Ensign founder Nigel Grainge dies aged 70

Respected British A&R exec and the founder of Ensign Records, Nigel Grainge, passed away yesterday (June 11) age 70 in Santa Monica, California.

The cause of death was complications from recent surgery, according to his family.

Grainge, who began his music career in the 1970s, signed and developed artists ranging from Sinead O’Connor to The Boomtown Rats, Thin Lizzy, The Waterboys, 10cc, World Party, Steve Miller Band, Eddy Grant, The Blue Aeroplanes, and Graham Parker & The Rumour, among many others.

He was dubbed by Billboard Magazine as “one of the most respected and knowledgeable A&R men in the business.”

A native of London, Grainge grew up surrounded by music. His father Cecil owned a record shop in North London and in the early 1950s gave him a 78 RPM record every weekend beginning at the young age of three.  His obsession with music would follow him for the remainder of his life.

He began his music industry career in 1970 as a credit control clerk in the accounting department at Phonogram (then known as Phillips Records and would later become Mercury Records), where his encyclopedic knowledge of, and passion for, music led to several promotions.

In 1973, he was appointed label manager for all U.S. Repertoire where he played a key role in the success of U.K. hits “It’s Four in the Morning” by Faron Young and “My Ding-A-Ling” by Chuck Berry.

Grainge would eventually rise to the head of A&R for Phonogram, where he signed Steve Miller Band, 10cc, Eddy Grant, Graham Parker and the Rumour, Clover (featuring Huey Lewis) and Thin Lizzy.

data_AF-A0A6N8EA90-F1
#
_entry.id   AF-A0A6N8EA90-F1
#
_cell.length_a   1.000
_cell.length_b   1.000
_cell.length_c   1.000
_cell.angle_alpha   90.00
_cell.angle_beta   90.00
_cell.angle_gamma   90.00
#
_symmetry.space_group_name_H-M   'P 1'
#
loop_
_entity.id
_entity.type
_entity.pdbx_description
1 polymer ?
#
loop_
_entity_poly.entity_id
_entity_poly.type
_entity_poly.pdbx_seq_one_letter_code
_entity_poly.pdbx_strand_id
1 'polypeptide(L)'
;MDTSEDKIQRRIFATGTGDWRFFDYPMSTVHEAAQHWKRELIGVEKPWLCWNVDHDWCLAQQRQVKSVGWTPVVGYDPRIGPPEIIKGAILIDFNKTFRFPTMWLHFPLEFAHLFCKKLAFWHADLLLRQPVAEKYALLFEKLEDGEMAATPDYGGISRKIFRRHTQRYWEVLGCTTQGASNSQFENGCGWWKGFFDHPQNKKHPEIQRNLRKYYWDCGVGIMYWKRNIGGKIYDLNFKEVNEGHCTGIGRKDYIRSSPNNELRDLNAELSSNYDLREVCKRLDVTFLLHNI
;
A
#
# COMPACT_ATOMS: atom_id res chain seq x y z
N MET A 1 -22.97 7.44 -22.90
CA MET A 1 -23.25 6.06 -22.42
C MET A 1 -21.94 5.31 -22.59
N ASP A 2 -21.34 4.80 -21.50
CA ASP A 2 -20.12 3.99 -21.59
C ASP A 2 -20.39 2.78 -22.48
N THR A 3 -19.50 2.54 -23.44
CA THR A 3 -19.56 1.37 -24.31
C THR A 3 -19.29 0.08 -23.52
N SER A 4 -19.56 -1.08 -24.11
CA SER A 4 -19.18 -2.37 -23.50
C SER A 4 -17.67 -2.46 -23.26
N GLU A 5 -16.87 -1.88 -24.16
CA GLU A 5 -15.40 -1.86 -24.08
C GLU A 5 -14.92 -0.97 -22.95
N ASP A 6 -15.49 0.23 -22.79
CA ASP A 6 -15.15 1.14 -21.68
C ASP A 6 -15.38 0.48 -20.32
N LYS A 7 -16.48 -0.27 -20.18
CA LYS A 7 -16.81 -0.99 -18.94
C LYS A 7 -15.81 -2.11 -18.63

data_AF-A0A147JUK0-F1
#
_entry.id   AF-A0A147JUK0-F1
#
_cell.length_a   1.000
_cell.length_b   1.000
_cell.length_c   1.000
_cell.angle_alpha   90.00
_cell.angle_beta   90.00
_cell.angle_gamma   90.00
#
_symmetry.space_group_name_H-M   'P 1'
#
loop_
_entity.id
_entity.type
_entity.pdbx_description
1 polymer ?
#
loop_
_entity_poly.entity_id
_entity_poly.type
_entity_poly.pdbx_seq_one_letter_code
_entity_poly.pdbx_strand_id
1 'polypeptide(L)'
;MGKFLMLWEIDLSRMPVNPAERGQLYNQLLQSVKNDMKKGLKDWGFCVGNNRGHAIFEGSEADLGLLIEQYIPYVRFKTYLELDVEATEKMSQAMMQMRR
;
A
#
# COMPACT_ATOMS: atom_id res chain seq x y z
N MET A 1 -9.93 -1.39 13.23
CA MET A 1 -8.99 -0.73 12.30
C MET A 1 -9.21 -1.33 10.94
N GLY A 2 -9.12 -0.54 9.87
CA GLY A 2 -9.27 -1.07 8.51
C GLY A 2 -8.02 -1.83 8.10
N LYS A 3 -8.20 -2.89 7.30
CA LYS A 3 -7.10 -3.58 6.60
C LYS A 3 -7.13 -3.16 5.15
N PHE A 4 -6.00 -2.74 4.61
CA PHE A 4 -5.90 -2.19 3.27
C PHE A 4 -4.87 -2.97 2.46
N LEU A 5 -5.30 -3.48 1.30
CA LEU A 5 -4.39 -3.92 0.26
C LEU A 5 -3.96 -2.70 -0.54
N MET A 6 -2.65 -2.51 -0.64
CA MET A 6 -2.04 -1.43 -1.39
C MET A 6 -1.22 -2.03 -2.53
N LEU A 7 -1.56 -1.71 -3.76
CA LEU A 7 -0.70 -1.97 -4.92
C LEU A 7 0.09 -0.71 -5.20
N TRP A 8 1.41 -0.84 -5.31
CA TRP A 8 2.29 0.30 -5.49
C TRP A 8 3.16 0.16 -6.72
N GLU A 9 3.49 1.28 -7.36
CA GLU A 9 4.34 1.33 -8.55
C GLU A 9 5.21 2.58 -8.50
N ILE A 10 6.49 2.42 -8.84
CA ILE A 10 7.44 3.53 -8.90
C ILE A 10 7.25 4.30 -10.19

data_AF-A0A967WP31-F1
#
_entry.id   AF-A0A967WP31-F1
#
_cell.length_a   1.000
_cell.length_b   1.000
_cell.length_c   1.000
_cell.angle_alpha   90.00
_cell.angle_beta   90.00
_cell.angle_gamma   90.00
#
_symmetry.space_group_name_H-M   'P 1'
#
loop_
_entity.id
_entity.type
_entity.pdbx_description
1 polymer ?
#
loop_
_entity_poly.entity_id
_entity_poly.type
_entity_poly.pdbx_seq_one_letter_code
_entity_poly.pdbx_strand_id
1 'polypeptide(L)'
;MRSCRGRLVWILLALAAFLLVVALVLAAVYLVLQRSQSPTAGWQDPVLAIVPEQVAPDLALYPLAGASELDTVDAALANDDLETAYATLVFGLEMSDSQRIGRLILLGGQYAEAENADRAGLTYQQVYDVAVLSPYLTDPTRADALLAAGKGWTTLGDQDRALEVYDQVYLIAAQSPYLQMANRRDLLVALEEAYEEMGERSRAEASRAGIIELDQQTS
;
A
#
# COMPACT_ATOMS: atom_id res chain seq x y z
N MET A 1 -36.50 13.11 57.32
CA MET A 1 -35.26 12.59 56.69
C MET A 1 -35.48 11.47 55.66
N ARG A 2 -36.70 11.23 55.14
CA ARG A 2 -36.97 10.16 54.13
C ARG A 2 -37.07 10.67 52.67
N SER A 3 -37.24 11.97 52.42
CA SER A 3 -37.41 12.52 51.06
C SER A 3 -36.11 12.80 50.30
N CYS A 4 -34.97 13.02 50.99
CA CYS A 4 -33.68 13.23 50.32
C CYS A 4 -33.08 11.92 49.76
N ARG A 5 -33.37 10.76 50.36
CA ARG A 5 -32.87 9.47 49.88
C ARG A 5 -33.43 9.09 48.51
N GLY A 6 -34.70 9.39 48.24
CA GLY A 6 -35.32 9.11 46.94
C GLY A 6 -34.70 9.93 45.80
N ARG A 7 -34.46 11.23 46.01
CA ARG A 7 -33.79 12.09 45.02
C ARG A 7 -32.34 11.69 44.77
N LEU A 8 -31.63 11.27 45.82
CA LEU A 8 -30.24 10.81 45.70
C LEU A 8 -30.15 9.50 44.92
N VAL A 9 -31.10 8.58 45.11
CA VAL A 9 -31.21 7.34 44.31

Having established himself as one of the premier A&R executives in the industry, in 1976 Grainge formed his own label, Ensign (“N” for Nigel, “signs”).

There he would sign the Boomtown Rats (led by Bob Geldof), who achieved more than a dozen Top 40 hits in the U.K., the critically acclaimed Waterboys and World Party, and the Grammy Award-winning singer/songwriter Sinéad O’Connor whose cover of the Prince-penned “Nothing Compares 2 U” became a worldwide hit in 1990, spawning album sales of more than 12 million of I Do Not Want What I Haven’t Got.

The label would also release many influential reggae and jazz-funk recordings. According to Billboard Magazine, of the first 50 singles released by Ensign, more than half of them charted, “a virtually unprecedented success for the U.K. record industry.”

A decade later, Ensign was sold to Chrysalis Records, and Nigel embarked on his next venture, a successful publishing company called Dizzy Heights, which was sold to German music company Edel in 2000.

In 2002, Grainge moved to Los Angeles where he served as a consultant to artists, publishers and record companies. In addition, his knowledge of the history of music made him a highly sought after lecturer.  Grainge served as a consultant on the HBO series Vinyl.

His most recent venture was a Los-Angeles based start-up, TunesMap – an innovative company dedicated to “visualizing the world around your favorite music.”  The early-stage business is currently working with several major music companies.

A family man and lifelong Arsenal FC supporter, he is survived by: two daughters, Heidi and Roxie; a sister, Stephanie Grainge; two brothers, Sir Lucian Grainge and Justin Grainge; and a grandson, Jasper.Music Business Worldwide